Listening and Telepathy in Business

worried woman

Remote working and social distancing can lessen effective communications between individuals and groups. Recently, I heard that a few employees felt that I was not listening to their concerns. Many of us, myself included, may have deficits in listening to and understanding another position and its needs. It is something I continually work on improving.

In the case in question, no one said anything to me about their concerns. I understand that talking with the CEO or other management may be daunting for some. To challenge what you perceive as management’s position may be even more problematic. However, I encourage well-reasoned positions that may be counter to my own. Likewise, our staff should expect that management’s positions are well reasoned and based upon fact. In either case, the party who has a concern must say something for listening and effective communication to occur. The most desirable result is mutual agreement. Minimally, each party should feel listened to and understood.

As I mentioned in previous blogs, far too often, people raise their concerns with others who either have no role or only a very peripheral role in a situation. Often the only result is that the person who fails to communicate directly falls into the role of a victim. They miss the opportunity to resolve issues effectively. Eventually, some information might trickle to the intended party. Often this information is significantly distorted or even totally inaccurate. Gossip and negativity are the unfortunate results. Rather than solving a problem, this indirect approach only creates more problems.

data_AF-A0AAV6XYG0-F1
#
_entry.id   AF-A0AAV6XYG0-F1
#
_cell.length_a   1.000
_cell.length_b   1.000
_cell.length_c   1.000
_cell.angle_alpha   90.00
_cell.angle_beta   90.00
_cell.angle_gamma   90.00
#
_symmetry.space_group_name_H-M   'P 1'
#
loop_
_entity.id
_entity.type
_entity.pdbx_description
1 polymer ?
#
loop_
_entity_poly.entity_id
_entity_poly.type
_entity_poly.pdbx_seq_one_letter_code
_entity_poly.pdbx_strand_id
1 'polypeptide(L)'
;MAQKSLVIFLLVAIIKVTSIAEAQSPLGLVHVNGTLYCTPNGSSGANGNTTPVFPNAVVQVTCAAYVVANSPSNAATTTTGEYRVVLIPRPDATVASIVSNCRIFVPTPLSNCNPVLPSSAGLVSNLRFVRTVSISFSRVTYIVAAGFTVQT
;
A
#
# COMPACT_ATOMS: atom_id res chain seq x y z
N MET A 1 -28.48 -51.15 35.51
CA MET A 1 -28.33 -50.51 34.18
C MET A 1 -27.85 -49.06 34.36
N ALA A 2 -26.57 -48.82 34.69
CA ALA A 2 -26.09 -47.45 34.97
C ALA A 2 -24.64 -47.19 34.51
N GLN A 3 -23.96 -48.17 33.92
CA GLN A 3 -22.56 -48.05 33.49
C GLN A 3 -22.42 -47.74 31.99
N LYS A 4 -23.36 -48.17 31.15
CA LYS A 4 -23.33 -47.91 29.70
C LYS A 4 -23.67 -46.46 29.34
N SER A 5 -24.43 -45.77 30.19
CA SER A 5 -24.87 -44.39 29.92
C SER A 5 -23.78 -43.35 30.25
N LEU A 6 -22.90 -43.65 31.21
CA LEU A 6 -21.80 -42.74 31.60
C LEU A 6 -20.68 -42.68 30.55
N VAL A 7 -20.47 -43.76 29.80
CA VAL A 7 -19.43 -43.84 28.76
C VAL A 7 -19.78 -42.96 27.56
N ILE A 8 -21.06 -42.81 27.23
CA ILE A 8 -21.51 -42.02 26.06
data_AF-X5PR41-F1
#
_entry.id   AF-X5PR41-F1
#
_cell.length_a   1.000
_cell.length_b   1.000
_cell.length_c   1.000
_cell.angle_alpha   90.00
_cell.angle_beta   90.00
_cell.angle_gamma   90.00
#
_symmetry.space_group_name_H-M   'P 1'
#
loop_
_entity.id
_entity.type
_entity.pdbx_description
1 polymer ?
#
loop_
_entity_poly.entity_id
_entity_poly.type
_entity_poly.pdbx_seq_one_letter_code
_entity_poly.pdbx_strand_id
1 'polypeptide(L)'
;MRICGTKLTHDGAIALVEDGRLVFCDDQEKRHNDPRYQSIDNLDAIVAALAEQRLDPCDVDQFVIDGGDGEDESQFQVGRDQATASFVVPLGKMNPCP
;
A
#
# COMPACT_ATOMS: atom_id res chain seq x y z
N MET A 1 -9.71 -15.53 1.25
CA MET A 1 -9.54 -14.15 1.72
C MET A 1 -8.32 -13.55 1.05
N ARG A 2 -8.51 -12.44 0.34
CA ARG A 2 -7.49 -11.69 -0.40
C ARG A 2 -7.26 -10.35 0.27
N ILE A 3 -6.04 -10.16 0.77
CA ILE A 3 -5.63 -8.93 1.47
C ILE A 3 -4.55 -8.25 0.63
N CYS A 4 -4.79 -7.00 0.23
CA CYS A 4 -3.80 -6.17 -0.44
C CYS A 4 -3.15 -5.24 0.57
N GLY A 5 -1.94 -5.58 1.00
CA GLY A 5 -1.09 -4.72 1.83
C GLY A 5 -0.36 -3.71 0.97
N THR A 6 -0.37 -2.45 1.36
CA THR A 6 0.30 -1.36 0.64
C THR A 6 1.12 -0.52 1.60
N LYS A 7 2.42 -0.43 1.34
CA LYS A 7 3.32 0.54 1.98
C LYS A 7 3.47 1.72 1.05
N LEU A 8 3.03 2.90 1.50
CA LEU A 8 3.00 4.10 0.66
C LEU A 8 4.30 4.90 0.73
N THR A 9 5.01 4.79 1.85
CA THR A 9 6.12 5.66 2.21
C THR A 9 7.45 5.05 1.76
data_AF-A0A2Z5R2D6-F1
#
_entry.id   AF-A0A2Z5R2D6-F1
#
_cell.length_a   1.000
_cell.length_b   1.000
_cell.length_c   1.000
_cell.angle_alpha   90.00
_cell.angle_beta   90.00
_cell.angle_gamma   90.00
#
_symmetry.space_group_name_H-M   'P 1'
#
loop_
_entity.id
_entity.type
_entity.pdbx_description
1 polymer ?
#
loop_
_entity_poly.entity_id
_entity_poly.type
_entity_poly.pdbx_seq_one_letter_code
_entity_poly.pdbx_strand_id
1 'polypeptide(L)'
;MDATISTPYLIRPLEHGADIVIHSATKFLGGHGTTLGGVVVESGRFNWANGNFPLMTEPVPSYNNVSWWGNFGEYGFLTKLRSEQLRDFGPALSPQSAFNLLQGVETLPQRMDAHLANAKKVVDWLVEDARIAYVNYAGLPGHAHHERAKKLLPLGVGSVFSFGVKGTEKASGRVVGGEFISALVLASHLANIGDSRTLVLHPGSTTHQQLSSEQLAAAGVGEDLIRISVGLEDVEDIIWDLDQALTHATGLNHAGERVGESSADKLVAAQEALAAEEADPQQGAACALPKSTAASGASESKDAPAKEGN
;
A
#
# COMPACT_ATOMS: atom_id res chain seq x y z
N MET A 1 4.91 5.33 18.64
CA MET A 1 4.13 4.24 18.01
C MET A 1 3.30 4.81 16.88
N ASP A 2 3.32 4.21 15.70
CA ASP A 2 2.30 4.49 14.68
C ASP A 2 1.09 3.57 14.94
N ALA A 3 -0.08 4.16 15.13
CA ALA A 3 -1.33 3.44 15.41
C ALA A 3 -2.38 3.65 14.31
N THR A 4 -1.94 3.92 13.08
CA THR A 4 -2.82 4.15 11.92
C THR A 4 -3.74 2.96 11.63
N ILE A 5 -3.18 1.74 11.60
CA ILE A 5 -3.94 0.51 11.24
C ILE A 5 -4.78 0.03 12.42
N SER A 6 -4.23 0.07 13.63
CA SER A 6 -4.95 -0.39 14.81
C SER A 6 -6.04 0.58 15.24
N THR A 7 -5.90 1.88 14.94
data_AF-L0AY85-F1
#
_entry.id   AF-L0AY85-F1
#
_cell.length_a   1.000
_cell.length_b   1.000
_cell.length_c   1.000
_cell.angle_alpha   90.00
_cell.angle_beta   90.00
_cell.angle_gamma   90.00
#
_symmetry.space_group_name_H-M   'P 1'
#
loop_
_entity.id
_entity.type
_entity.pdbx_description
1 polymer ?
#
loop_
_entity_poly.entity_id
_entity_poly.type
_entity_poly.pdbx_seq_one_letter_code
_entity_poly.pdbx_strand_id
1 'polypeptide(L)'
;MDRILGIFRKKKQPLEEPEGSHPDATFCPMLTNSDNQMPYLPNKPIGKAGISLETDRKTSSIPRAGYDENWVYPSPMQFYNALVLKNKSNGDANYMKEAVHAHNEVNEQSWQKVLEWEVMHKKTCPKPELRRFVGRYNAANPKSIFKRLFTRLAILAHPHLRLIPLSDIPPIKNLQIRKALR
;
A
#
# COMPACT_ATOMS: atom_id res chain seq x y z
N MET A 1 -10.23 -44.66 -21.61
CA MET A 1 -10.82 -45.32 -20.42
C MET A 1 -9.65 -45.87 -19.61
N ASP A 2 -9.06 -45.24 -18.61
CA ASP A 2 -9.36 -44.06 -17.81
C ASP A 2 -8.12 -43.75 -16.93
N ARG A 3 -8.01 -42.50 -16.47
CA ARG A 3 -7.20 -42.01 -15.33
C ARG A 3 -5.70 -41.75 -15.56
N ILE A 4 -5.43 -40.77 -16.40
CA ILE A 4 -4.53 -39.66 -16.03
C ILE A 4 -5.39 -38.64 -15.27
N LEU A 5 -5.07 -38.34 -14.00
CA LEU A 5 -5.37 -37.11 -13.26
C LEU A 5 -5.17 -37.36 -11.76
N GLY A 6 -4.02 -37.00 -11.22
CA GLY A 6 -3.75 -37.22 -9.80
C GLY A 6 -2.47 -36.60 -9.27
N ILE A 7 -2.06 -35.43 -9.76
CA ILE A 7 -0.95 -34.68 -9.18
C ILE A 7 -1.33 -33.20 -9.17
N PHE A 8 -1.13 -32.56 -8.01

So how does telepathy play a role in all of this? The answer is that it does not. There is no good substitute for direct and courteous communication. The more direct, precise, and kind the communication, the better the outcome. It is easy to assume, especially with those you may have worked with for many years, that everything is fully understood by all parties involved. This is often the case, but a lack of discipline in effectively communicating and validating understanding can lead to unintended results. Clarity is always preferable. This is an ongoing challenge that is more than worth the efforts involved.

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